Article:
One show just came down at the Gallery Project in Ann Arbor and one show just went up at Paint Creek Center for the Arts in Rochester (MI).  I am honored to have been/be a part of both of them.  Here are some photos of my work from Presence/Absence at PCCA (including some new work hot off the drawing table):

back right wall of gallery; all small pieces are propped up on scrabble tile trays mounted onto the wall

In Lights: oil on canvas with theater light and glass window blocks. Gobo projection reads Amelia Earhart's last words: We are running north and south.

Last Map drawings: gouache, ink, and gold leaf on blue paper

Object Lesson panels: gouache and gold leafing pen on birch panels

back left wall of gallery

Slides From the Trip- slideshow of stills from silent film project, a collaboration with Budapest-based artist Nannette Vinson

white drawings

Captured Island: gouache and ink on paper

Longitude: gouache and ink on paper

Navigation: gouache and ink on paper

Skullscape: gouache and ink on paper

Presence/Absence runs from January 15-February 20 with an opening reception at Paint Creek on Friday the 22nd from 7-9.  I am accompanied in the show by four amazing artists: Faina Lerman, Luzhen Qiu, Alison Wong, and Sun You. Here is a sweet blurb about the show in Real Detroit Weekly. Hope you can make it out to the opening!

close to home

I moved around a lot as a kid and lived as far south as Georgia, where I was born, and as far north as Buffalo, NY, where we moved when I was six or seven.  After five moves, my family settled for the rest of my growing-up years in Rockford in northern Illinois.  As a disgustingly rebellious high-schooler facing college, I wanted to get as far away from home as possible.  I made it as far away as…Dayton Ohio (I know, I know).  I returned to the Rockford area to attend grad school at Northern Illinois University in DeKalb.  I applied to a bunch of schools all over the place, but that’s what ended up working best for me.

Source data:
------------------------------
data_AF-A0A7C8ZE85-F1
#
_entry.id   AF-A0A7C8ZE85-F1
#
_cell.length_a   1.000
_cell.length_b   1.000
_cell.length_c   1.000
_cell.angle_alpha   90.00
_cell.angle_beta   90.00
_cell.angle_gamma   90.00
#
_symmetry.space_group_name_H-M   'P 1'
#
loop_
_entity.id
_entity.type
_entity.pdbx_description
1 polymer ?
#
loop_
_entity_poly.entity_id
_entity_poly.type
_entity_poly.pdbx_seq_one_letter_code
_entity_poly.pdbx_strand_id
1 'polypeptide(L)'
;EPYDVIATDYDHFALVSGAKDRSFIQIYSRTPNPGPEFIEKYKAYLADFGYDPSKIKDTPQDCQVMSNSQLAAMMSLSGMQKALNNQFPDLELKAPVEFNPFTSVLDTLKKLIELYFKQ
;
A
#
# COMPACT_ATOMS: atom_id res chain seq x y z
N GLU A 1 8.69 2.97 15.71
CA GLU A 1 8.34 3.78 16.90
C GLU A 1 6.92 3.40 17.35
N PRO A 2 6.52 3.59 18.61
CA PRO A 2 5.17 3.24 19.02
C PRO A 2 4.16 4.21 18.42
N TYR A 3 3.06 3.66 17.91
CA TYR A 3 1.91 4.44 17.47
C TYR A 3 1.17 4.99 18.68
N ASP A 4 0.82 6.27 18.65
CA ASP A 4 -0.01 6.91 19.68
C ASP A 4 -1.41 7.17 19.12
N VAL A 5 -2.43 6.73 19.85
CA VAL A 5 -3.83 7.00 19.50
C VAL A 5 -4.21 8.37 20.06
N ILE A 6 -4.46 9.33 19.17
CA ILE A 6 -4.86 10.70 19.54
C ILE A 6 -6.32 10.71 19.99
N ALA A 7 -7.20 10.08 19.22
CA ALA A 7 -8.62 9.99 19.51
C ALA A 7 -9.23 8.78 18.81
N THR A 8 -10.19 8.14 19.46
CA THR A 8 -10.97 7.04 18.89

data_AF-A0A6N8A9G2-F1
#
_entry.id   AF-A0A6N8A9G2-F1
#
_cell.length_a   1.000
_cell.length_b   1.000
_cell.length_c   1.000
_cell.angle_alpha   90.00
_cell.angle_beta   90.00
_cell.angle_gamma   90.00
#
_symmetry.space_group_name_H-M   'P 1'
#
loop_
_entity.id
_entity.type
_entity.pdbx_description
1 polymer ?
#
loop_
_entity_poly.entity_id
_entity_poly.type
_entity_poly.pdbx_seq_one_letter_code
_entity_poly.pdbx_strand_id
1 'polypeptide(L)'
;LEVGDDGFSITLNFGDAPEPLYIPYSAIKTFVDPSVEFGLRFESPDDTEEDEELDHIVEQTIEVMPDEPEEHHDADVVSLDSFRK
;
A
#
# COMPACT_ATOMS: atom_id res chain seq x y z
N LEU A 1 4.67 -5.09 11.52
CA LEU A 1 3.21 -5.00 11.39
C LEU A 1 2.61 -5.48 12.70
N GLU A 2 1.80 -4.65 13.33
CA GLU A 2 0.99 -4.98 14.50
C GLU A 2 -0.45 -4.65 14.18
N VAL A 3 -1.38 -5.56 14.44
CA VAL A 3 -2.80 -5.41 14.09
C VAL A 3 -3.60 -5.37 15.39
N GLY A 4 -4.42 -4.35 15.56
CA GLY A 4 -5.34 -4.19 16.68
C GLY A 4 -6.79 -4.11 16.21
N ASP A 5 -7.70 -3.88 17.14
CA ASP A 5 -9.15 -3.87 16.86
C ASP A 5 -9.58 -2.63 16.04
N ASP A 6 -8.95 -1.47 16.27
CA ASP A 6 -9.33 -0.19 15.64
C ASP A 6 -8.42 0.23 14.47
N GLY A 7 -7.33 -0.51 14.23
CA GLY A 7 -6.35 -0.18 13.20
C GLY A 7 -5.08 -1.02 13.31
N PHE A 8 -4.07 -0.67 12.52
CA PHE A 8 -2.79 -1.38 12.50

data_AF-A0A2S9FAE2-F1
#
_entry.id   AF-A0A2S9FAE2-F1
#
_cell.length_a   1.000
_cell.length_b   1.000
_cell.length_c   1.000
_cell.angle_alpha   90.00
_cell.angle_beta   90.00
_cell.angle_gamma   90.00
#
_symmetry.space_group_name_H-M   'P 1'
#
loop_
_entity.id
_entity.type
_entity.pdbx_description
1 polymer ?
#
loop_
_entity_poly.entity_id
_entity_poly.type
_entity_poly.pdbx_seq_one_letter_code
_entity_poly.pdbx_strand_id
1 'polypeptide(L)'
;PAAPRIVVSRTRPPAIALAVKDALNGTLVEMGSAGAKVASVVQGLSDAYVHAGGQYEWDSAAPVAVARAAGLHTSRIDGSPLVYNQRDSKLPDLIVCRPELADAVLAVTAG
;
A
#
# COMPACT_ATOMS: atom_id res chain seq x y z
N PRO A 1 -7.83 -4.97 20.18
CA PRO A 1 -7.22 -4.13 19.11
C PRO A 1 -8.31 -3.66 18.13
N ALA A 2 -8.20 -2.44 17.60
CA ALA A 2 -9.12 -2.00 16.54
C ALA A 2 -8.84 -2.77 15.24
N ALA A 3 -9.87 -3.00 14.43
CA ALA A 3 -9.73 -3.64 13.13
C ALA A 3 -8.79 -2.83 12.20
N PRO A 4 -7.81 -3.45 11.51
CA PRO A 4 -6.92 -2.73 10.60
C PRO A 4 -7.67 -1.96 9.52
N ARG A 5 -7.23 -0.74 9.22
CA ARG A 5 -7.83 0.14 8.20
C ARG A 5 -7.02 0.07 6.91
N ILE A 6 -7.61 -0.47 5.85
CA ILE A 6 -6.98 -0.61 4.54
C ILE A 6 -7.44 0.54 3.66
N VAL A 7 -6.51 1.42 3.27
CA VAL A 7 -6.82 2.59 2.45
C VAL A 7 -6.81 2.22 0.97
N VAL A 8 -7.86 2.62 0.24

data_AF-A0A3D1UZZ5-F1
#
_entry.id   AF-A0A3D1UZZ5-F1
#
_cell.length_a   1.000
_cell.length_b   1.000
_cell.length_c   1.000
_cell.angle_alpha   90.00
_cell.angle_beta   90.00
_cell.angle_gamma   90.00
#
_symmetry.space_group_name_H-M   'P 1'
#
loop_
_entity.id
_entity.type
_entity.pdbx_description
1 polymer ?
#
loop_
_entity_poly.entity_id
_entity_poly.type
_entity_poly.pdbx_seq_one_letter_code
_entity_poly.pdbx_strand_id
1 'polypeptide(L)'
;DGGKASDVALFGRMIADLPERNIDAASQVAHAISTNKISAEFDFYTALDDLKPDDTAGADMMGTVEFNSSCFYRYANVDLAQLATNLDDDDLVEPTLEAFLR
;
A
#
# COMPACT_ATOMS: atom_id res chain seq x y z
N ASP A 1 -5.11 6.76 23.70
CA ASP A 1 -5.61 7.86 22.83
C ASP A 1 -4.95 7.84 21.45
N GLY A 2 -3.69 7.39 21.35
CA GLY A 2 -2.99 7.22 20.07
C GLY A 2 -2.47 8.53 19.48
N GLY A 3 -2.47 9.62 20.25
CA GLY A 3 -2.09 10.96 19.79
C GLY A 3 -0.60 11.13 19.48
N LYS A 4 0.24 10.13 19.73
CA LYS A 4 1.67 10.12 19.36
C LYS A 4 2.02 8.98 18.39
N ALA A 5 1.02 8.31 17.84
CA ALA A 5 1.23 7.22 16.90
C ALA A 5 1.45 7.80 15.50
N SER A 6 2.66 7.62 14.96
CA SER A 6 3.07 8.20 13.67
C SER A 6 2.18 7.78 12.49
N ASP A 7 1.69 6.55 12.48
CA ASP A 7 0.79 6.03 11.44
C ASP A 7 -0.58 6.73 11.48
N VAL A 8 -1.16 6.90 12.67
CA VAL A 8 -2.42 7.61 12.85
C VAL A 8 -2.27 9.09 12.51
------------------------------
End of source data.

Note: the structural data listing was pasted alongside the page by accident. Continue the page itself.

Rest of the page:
Throughout and since grad school, I have wanted to participate in the Rockford Art Museum‘s Biennial juried exhibition.  I saw one of them in grad school.  The space is amazing and the work was excellent that year.  Counting back that must have been either 2002 or 2004.  I applied once or twice since then and didn’t get in or the application date would inadvertently pass me by.  Well, this year, I both applied and got in: TWO major accomplishments!    I applied with some pretty big work, and was prepared to haul it out there if need be, but am grateful that I got a small piece in.  Here it is!

 All Thats Left, oil on panel, 11 x 14, 2008

All That's Left, oil on panel, 11" x 14", 2008

detail-- photo credit Susan Tusa from the Detroit Free Press

detail-- photo credit Susan Tusa from the Detroit Free Press

What a difference lighting can make-eh?  Can you tell which image was shot by a professional photographer?  I guess I gave it away.  If you happen to be in snowy Rockford Illinois on January 22nd, you can attend the opening.  I have an opening in Rochester Michigan that night; equally snowy, but much closer.  To see the dates and times the Rockford Midwestern Biennial will be open, visit RAM’s website.

of late